There is some confusion around the model facing us here. Some have suggested that she is a member of the artist's family, whilst other claim her to have been a Spanish courtesan. The view favoured by most is that she is actually the Duchess of Chevreuse, as demonstrated by her clothing which appears to be a combination of French and Spanish styles of that time. We also know from records taken at the time that Velazquez would have painted her at least once, all of which makes this the most likely answer. Velazquez would normally paint those who he was told to, during his time in the court, but it was rare for him to be able to make use of such an attractive model, and so he would have appreciate the aesthetic qualities that she brought to this piece.
This young lady facing us here stares directly at the viewer, wearing a cover over her hair and a black necklace. This immediately appears to be funeral clothing, as she sports a completely dark outfit but also smart. Her dress is dark brown and fairly bereft of much detail, with just a small white bit of detail around her chest area. She wears dainty white gloves, holding the fan in her right hand and in her left a small piece of religiously-themed jewellery which incldues a cross with accompanying blue ribbon. The background is entirely devoid of detail, which was typical of Velazquez during this period. He did not want us to be distracted from the main focal point of the composition, and nor are we. Her facial expression is serious, but confident, with the appearance of someone who is comfortable in posing for the artist.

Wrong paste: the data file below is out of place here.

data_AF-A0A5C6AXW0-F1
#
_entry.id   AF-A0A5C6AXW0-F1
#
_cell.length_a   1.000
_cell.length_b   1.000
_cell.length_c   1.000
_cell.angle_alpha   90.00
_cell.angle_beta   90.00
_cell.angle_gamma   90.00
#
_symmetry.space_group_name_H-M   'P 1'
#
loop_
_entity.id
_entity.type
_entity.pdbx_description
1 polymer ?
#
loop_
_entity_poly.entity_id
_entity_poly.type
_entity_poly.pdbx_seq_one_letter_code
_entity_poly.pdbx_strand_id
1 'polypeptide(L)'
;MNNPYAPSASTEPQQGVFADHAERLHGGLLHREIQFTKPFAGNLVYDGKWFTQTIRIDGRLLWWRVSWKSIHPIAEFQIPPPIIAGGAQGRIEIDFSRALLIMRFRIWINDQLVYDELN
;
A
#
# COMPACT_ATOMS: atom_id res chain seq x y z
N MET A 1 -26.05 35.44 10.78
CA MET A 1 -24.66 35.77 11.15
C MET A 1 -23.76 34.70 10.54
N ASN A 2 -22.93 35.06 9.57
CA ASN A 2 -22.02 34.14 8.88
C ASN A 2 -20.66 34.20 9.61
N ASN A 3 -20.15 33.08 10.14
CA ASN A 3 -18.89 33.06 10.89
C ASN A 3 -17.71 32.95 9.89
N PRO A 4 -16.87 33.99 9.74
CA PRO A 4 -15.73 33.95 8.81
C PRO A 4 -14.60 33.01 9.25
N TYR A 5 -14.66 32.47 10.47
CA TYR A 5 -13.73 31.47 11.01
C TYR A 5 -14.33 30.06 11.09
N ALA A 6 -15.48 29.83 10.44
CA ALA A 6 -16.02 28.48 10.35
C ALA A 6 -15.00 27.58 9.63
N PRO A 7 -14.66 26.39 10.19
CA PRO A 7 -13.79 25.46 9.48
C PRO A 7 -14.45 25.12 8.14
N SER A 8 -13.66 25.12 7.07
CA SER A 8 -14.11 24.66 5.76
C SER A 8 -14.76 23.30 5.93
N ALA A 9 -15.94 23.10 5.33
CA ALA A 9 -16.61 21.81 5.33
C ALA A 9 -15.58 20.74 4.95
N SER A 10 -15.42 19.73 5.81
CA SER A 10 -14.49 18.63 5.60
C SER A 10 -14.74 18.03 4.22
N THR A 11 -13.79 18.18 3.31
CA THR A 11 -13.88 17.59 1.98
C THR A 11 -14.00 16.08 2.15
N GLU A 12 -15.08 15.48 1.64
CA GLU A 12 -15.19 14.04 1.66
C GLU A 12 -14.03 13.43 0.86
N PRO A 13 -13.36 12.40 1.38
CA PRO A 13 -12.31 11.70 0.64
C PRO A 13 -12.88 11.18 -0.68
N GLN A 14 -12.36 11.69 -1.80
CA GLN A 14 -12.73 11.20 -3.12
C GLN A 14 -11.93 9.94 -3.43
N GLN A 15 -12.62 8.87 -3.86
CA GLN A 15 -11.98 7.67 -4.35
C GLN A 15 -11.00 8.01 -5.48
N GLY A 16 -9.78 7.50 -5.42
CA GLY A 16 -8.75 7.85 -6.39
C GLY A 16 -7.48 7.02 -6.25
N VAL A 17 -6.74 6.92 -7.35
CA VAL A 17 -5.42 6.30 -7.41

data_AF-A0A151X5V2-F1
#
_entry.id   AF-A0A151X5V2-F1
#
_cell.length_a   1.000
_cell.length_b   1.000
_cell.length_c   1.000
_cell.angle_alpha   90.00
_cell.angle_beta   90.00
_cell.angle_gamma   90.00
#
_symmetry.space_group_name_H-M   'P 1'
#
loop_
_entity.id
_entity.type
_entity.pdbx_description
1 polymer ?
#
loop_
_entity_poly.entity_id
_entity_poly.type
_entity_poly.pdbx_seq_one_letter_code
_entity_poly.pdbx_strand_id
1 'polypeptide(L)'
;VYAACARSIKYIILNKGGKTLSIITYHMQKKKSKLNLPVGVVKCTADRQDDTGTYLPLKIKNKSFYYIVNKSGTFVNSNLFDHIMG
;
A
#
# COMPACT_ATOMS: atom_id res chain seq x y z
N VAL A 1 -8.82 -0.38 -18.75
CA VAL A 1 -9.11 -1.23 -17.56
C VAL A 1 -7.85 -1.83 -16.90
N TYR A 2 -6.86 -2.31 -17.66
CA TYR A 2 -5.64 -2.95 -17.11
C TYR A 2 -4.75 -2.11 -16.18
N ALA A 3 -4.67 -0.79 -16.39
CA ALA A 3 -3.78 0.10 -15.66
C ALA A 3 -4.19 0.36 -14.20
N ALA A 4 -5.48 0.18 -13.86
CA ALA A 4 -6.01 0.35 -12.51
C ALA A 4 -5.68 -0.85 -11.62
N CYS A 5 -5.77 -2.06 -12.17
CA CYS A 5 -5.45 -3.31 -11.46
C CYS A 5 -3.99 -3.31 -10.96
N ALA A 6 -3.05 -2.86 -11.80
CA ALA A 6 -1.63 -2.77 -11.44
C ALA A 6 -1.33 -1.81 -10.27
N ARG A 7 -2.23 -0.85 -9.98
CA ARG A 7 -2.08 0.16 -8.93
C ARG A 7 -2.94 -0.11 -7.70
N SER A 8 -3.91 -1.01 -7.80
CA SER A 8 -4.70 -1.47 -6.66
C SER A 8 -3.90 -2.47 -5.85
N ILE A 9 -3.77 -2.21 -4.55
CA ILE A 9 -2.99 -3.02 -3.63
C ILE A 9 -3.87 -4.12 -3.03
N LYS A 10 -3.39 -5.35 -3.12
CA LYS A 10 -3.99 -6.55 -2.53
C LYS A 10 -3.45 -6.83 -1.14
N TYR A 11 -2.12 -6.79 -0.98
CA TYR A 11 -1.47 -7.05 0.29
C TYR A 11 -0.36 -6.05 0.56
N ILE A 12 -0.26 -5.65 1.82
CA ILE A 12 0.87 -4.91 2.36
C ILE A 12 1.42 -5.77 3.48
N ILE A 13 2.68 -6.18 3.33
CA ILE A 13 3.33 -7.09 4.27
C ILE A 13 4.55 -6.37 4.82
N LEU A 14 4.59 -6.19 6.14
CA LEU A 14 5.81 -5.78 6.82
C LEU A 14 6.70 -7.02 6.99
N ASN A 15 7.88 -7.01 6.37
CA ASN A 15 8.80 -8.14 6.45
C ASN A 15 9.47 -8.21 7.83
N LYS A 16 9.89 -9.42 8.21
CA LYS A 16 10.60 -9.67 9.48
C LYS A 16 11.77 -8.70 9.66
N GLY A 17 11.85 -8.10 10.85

Alongside the great portraits of Velazquez, there were also a number of other highly talented contributors to this genre, such as British painter Joshua Reynolds who was equally impressive thanks to the likes of Colonel Acland and Lord Sydney: The Archers, The Age of Innocence and The Infant Samuel. He would help to put British art on the map, after it had struggled in the shadow of work from French and Italian artists for many years. This success has continued into the present day, with a range of mediums and styles found in British art, and its figurehead remaining the Romanticist painter, JMW Turner. Spain, however, has been a notable force in European art since much earlier, thanks to the contributions of artists such as Velazquez, Goya and Bartolomé Esteban Murillo. Following on in the 20th century would then be Cubism, which was mainly a Spanish creation and this continued the role of this region in the forefront of this continent's artistic output. In terms of the content of the painting in front of us here, Gustav Klimt also produced a famous artwork titled Lady with a Fan, several centuries later.